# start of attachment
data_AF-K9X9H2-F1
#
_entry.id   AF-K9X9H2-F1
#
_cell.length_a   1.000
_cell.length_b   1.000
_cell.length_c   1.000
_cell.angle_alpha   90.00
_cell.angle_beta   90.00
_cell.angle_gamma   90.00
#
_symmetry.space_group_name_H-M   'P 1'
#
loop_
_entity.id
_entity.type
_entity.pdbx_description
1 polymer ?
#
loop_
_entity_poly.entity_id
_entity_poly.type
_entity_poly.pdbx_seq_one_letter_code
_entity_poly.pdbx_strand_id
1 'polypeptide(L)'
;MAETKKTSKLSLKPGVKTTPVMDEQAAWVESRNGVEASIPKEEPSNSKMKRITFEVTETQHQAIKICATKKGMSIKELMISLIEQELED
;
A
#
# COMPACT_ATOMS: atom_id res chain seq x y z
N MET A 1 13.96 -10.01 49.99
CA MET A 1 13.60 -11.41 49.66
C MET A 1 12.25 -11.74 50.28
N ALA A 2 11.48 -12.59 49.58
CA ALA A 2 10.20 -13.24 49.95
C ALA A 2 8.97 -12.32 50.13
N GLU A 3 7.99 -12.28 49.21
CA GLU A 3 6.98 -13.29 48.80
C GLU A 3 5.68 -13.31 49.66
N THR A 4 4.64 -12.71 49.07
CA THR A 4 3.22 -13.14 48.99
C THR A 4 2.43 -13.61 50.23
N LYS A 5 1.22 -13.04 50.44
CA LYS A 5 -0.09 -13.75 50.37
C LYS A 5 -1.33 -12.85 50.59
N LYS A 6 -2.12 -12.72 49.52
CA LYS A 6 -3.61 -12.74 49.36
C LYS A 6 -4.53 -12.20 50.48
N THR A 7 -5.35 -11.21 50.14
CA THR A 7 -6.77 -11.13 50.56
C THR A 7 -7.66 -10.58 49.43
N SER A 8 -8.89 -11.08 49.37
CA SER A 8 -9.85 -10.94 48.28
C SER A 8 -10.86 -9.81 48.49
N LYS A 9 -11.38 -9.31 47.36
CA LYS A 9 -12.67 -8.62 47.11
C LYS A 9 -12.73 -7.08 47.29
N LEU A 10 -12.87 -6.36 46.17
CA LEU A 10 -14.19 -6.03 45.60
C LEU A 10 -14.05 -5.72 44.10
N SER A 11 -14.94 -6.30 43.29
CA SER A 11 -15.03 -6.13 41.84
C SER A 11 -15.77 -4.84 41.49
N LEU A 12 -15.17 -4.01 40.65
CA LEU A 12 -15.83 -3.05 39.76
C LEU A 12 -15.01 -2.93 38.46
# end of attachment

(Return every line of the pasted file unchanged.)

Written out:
data_AF-K9X9H2-F1
#
_entry.id   AF-K9X9H2-F1
#
_cell.length_a   1.000
_cell.length_b   1.000
_cell.length_c   1.000
_cell.angle_alpha   90.00
_cell.angle_beta   90.00
_cell.angle_gamma   90.00
#
_symmetry.space_group_name_H-M   'P 1'
#
loop_
_entity.id
_entity.type
_entity.pdbx_description
1 polymer ?
#
loop_
_entity_poly.entity_id
_entity_poly.type
_entity_poly.pdbx_seq_one_letter_code
_entity_poly.pdbx_strand_id
1 'polypeptide(L)'
;MAETKKTSKLSLKPGVKTTPVMDEQAAWVESRNGVEASIPKEEPSNSKMKRITFEVTETQHQAIKICATKKGMSIKELMISLIEQELED
;
A
#
# COMPACT_ATOMS: atom_id res chain seq x y z
N MET A 1 13.96 -10.01 49.99
CA MET A 1 13.60 -11.41 49.66
C MET A 1 12.25 -11.74 50.28
N ALA A 2 11.48 -12.59 49.58
CA ALA A 2 10.20 -13.24 49.95
C ALA A 2 8.97 -12.32 50.13
N GLU A 3 7.99 -12.28 49.21
CA GLU A 3 6.98 -13.29 48.80
C GLU A 3 5.68 -13.31 49.66
N THR A 4 4.64 -12.71 49.07
CA THR A 4 3.22 -13.14 48.99
C THR A 4 2.43 -13.61 50.23
N LYS A 5 1.22 -13.04 50.44
CA LYS A 5 -0.09 -13.75 50.37
C LYS A 5 -1.33 -12.85 50.59
N LYS A 6 -2.12 -12.72 49.52
CA LYS A 6 -3.61 -12.74 49.36
C LYS A 6 -4.53 -12.20 50.48
N THR A 7 -5.35 -11.21 50.14
CA THR A 7 -6.77 -11.13 50.56
C THR A 7 -7.66 -10.58 49.43
N SER A 8 -8.89 -11.08 49.37
CA SER A 8 -9.85 -10.94 48.28
C SER A 8 -10.86 -9.81 48.49
N LYS A 9 -11.38 -9.31 47.36
CA LYS A 9 -12.67 -8.62 47.11
C LYS A 9 -12.73 -7.08 47.29
N LEU A 10 -12.87 -6.36 46.17
CA LEU A 10 -14.19 -6.03 45.60
C LEU A 10 -14.05 -5.72 44.10
N SER A 11 -14.94 -6.30 43.29
CA SER A 11 -15.03 -6.13 41.84
C SER A 11 -15.77 -4.84 41.49
N LEU A 12 -15.17 -4.01 40.65
CA LEU A 12 -15.83 -3.05 39.76
C LEU A 12 -15.01 -2.93 38.46